*The cornerback is in entering his third year in the league and continues to develop his game after switching from wide receiver during his rookie year. *
As he approaches his third year as a cornerback in the NFL, and as he reflects on his transition from playing wide receiver at the University of Florida, Quinton Dunbar believes the greatest challenge in switching positions had everything to do with his mentality.
"It's different from catching balls and not really being hard-nosed," Dunbar told Redskins.com recently during OTAs. "Switching over to the dark side and you've got to switch that mentality, attacking people, hitting people, you've got to have that aggression."
After making significant strides in his second year, Dunbar said he's very comfortable and is ready to help the team in any way he can.
Last year, Dunbar doubled his production with 26 tackles, recorded his first career sack and intercepted quarterback Eli Manning in the end zone for the second consecutive season (he also caught a trick play pass from punter Tress Way to aid the Redskins' first victory of 2016). He only started two games though, a product of being on the same team as Josh Norman and Bashaud Breeland and seeing rookie Kendall Fuller take over the majority of games at the slot position.
For his part, Dunbar hasn't put too much on emphasis into becoming a slot cornerback when the team uses its nickel and dime packages, mostly because of his 6-foot-2 size.
"Obviously we had a few packages for me last year where I come in and guard tight ends and things like that," Dunbar said. "You won't really know until the season starts, then you'll know what type of packages they'll have me in."
Check out images from the Washington Redskins' defense and special teams during their sixth day of OTAs at the Inova Sports Performance Center at Redskins Park in Loudoun County, Va.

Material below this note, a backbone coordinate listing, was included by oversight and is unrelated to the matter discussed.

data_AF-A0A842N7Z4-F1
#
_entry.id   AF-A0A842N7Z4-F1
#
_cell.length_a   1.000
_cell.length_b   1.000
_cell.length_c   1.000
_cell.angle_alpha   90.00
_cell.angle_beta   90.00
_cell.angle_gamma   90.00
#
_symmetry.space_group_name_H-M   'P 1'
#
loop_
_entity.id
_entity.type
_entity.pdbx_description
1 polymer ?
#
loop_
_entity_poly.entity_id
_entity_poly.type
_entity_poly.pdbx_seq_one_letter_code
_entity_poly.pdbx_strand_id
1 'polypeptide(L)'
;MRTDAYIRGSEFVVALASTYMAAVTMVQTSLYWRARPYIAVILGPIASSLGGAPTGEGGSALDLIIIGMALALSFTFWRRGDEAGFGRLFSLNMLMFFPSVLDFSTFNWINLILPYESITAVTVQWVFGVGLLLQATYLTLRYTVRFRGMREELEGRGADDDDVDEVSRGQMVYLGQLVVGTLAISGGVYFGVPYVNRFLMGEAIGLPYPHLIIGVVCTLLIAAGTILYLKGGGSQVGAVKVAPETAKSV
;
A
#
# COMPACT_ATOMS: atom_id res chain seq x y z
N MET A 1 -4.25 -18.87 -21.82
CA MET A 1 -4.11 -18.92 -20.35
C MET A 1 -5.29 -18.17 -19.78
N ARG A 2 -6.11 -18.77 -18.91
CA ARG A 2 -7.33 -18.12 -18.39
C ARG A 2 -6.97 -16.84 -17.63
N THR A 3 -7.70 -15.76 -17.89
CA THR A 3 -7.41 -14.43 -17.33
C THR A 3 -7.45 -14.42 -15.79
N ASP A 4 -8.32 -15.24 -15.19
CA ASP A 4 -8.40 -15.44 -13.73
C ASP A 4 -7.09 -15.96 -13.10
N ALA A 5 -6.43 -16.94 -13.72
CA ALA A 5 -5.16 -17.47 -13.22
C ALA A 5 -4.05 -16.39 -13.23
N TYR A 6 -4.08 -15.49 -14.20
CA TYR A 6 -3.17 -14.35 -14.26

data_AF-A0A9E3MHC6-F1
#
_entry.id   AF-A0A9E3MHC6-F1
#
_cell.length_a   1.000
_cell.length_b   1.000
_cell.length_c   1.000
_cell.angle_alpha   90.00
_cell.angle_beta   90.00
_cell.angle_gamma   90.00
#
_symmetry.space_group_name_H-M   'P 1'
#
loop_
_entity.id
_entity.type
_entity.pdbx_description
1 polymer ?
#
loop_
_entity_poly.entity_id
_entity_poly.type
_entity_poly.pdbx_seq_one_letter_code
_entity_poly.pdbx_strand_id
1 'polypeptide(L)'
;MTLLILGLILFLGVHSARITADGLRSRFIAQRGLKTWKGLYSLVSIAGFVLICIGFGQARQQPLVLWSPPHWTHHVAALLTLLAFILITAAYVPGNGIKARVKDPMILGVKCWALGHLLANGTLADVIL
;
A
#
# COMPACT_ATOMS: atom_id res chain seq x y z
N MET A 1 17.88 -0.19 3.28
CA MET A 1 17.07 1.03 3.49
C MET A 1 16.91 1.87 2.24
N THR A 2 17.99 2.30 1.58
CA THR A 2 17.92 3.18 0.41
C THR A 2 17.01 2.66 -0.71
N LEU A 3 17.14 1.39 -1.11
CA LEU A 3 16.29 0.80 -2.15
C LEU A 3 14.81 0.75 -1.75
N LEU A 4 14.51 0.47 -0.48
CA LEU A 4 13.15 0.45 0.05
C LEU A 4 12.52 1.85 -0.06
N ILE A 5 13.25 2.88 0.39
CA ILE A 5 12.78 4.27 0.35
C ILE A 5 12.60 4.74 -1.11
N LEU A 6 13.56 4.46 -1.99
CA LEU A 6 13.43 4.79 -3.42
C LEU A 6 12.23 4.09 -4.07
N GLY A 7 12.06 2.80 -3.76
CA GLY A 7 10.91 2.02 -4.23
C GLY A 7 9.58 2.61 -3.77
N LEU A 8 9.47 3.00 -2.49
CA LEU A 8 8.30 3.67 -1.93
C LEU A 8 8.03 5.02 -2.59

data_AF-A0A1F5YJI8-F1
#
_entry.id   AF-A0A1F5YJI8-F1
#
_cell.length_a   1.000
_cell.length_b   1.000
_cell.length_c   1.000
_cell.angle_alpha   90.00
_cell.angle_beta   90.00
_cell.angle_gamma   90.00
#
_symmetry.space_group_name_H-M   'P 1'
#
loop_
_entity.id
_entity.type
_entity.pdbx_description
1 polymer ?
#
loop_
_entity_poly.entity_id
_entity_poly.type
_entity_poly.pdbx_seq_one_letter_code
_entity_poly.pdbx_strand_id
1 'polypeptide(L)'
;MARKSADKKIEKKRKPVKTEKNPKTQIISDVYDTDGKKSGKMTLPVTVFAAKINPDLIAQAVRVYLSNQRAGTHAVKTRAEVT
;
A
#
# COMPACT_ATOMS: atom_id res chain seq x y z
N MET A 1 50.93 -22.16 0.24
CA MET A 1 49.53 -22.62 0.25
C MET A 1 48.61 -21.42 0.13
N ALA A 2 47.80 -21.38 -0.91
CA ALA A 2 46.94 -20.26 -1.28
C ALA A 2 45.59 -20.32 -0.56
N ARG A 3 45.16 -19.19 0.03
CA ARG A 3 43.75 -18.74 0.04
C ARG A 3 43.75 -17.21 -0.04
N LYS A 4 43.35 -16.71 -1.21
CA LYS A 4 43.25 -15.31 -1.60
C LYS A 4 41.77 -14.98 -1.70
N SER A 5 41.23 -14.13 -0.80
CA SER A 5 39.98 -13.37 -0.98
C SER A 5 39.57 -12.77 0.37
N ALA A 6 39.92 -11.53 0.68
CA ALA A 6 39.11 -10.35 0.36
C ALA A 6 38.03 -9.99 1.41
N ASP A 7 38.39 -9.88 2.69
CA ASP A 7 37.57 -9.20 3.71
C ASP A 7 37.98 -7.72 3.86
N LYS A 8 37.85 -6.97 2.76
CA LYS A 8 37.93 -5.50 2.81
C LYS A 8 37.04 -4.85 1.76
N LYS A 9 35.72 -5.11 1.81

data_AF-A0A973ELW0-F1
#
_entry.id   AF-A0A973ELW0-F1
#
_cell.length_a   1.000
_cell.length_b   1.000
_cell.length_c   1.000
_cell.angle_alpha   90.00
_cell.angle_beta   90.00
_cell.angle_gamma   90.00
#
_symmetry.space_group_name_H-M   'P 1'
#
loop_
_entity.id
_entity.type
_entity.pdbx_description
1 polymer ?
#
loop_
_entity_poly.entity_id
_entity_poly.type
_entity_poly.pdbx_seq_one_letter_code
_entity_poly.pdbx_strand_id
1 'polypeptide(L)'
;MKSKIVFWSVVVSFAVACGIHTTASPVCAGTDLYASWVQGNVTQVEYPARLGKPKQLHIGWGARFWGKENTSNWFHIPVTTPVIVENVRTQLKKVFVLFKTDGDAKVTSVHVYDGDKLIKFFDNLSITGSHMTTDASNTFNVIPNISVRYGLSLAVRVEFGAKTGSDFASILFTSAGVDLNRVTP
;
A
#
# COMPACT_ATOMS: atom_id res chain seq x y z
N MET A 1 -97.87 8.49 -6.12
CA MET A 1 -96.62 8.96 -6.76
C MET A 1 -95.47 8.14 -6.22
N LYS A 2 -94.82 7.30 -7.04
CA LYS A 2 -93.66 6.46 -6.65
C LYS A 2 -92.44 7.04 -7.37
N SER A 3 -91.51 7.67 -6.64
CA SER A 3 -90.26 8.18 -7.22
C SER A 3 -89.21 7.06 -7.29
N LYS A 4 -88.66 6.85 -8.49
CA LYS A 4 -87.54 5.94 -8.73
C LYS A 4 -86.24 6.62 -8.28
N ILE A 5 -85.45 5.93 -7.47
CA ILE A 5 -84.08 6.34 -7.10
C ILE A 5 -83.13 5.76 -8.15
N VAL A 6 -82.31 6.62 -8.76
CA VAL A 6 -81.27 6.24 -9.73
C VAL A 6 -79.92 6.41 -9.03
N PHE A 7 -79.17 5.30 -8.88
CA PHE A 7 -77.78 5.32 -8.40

A big benefit for Dunbar this offseason, besides training with some defensive back coaches in Miami, has been the addition of defensive backs coach Torrian Gray. So far, players have praised his focus on technique and using practices as a time to reacquaint themselves with a foundation based on footwork and situational awareness.
"He's a phenomenal technician and he's giving us keys to be successful in off coverages, learning things, learning quarterback draws, that allows you to have the confidence to want to play off coverage and make more plays off the ball," Dunbar said.
The defense has switched, too, with the promotion of Greg Manusky to defensive coordinator, and Dunbar has noticed the shift in aggression so far, which has included an increase in blitzes. "We're not going to try and trick the offense, we going to out there and run our stuff and we're going to beat you with our stuff," Dunbar said of how he feels the unit will operate.
That seems to be the way he's approaching his own offseason, too. He knows the team has its two starters in place and has a few recently drafted cornerbacks that will try to make an impression in training camp. But Dunbar will keep improving and keep trying to beat you with his stuff, waiting for an opportunity to take the next step in his career.
"We have a lot of talent back there, and no matter what the case may be, who starts, who plays, it won't be [a] drop-off if anything happened," Dunbar said. "Injuries do happen, I'm not wishing that on anybody, that's just part of the game, but I feel like, not just myself, but those guys behind Norman and Breeland can step up at any given moment. We've shown that and we'll continue to show it."